By Dan Pritch:
Barclays launched a new fund to lure fans of Robert Shiller's Cyclically Adjusted Price Earnings Ratio (CAPE Ratio), a valuation methodology that is catching on with investors.
Robert Shiller's original CAPE ratio sought to find the best times to buy or sell stocks as a whole asset class based on their share price relative to historic earnings. The CAPE Ratio is calculated by dividing a company's per-share price by the inflation-adjusted average earnings for the past 10 year period.
Barclays new ETN will use different rules than many Shiller fans. Rather than use the Shiller CAPE as a way to determine whether stocks or over or under-valued relative to fixed income products, Barclays will use the Shiller CAPE to find the most undervalued sectors based on the sectors' current ratio compared to a historical average.
The fund will take positions in only four different sectors at one time, hoping to expose investors to the most undervalued stocks while steering clear of industries where companies may be overvalued. If the fund strategy proves successful, investors would expect total returns significantly larger than the broad market.
Shiller's CAPE has plenty of supporters - and plenty of dissenters, too. The ratio is highly-controversial as it is, at its core, a tool for market-timing with the belief that some companies can be over- and undervalued based solely on the historical relationship between price and inflation-adjusted earnings. Historically, the S&P 500 has a median CAPE of just under 16. The current ratio is 22.41, according to multipl.com. If one were to use these metrics in the way Shiller intended, an investor would significantly underweight equities relative to their fixed-income investments.
Here's a chart of the historical CAPE for the S&P 500 index:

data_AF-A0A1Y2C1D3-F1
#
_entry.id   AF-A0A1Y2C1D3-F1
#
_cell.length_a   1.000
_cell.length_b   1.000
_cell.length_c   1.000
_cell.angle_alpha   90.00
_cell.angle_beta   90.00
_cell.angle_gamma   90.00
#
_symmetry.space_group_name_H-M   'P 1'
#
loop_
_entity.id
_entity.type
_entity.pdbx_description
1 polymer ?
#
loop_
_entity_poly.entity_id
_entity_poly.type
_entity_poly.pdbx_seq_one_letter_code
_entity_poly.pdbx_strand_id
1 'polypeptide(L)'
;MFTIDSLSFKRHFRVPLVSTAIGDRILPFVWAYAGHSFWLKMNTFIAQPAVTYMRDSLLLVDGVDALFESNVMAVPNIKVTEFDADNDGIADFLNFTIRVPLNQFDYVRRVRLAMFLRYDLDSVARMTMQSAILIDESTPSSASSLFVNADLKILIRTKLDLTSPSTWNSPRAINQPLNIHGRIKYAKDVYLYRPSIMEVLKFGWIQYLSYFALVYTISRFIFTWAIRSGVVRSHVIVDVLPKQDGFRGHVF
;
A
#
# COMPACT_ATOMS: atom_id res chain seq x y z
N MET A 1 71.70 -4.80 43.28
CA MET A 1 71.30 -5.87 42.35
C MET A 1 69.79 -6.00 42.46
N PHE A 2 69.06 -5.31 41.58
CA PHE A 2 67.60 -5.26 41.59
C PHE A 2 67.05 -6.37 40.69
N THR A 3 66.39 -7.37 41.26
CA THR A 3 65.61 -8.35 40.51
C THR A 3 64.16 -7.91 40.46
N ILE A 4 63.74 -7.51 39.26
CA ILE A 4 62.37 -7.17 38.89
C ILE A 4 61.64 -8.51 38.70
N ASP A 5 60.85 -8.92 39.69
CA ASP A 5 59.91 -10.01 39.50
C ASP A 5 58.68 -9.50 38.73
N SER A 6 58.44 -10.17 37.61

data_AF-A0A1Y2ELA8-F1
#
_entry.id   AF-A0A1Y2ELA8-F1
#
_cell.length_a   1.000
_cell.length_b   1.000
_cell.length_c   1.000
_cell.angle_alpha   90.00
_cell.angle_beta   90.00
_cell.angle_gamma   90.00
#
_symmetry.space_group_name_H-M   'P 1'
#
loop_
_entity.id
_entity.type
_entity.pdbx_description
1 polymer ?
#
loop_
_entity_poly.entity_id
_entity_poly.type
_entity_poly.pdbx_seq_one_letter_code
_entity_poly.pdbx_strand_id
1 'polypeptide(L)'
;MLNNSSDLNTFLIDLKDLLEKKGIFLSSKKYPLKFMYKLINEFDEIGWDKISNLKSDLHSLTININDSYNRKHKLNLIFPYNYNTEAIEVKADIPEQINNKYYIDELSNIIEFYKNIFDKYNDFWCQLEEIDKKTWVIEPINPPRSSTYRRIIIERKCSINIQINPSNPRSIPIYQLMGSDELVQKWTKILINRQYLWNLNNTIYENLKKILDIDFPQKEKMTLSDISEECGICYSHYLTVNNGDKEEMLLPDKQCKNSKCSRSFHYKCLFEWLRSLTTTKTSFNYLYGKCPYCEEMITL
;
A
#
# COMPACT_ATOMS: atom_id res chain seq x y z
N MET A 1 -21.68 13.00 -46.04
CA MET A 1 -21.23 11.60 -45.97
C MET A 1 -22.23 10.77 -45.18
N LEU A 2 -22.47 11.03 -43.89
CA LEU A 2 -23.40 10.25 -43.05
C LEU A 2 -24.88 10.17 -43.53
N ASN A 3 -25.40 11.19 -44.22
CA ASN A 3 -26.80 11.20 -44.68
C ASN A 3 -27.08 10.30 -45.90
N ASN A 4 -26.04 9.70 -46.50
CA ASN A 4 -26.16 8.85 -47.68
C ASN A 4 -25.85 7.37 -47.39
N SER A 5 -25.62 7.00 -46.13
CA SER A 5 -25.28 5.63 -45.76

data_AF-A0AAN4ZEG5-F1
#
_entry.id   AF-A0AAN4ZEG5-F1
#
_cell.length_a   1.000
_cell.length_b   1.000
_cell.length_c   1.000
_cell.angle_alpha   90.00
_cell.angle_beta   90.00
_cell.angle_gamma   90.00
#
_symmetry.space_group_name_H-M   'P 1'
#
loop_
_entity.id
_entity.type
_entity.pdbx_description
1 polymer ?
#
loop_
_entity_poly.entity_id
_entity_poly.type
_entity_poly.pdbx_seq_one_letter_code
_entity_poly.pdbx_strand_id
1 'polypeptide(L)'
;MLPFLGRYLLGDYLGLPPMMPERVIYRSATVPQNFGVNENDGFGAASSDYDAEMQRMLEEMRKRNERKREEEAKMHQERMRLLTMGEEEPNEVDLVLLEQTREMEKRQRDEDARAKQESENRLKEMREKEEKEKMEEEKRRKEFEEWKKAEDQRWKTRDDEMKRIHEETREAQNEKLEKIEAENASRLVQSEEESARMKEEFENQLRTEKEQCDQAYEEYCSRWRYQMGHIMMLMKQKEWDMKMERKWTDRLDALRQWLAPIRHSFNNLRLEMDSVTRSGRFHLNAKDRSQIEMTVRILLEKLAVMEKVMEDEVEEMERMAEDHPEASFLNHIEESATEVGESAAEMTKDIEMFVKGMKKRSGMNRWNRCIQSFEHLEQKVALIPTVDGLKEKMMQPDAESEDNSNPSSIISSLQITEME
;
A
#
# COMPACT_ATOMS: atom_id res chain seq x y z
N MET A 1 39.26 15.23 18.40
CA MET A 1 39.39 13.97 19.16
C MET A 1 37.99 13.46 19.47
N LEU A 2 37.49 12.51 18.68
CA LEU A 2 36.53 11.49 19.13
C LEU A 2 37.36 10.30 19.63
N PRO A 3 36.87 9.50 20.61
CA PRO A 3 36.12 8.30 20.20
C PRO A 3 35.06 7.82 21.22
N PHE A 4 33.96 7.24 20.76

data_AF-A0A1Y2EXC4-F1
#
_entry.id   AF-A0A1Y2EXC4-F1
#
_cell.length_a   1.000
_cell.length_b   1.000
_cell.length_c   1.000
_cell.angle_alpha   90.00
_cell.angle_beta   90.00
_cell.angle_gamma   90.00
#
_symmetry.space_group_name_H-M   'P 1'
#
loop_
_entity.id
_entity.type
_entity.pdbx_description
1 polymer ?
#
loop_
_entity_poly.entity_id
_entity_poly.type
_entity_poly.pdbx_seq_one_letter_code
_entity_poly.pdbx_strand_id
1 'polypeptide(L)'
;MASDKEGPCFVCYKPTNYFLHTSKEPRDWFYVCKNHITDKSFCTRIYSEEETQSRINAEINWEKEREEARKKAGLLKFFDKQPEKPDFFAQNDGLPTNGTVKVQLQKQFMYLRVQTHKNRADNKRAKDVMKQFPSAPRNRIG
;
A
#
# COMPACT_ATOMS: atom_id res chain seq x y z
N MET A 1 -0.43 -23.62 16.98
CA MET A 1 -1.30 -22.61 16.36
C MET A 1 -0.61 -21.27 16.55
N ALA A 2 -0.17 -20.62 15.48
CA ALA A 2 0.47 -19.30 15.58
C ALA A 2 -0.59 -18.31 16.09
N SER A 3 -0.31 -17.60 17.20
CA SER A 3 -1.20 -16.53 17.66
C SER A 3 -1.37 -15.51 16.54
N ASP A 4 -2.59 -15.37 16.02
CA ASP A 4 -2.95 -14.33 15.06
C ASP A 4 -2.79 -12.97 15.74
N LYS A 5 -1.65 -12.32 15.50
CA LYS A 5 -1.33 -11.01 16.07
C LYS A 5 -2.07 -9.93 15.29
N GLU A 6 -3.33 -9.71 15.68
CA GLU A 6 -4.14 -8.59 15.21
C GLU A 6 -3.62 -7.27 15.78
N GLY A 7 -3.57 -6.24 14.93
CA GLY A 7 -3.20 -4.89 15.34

(click to enlarge)
One criticism of the ratio is that it does not take into consideration the available yields on risk-free fixed-income investments like US Treasuries, which many investors are shorting right now. Right now, with rates at record lows, one would have to question whether or not it makes sense to overweight low yielding debt investments when, based on the Shiller CAPE, returns in equities should be much higher than risk-free investments going forward.
Note vs. an ETF
Barclay's chose an interesting set up in creating this particular product as a note rather than an exchange-traded fund. As with all notes, this exchange-traded product will interject some counterparty risk in the investment. Those who hold the note incur the risk of default by Barclays, or from the counterparty that Barclays "bets" against in the derivative market.
The ETN will be backed by real assets. The ETN will hold four options on the industries it believes to be most undervalued based on the Shiller CAPE Ratio. However, note that an exchange-traded note is an unsecured debt facility on the books of Barclays. A Barclays bankruptcy could result in the loss of capital.
An ETN does have one major advantage: lower fees. Barclays will charge investors only 45 basis points per year to hold the ETN, which is very inexpensive given that equity funds - especially sector rotation funds - tend to require very expensive active management. One competitor, the Huntington US Equity Rotation Strategy ETF (:HUSE) charges a massive 1.29% annual expense ratio. Another similarly themed broad category fund to consider is the very popular permanent portfolio ETF is meant to stand the test of time with low volatility.
Bottomline: The Barclays ETN+ Shiller CAPE ETN is an interesting and inexpensive way to get tactical asset management for those interested in chasing sector-rotation investment strategies.
Disclosure: No positions in any tickers mentioned here.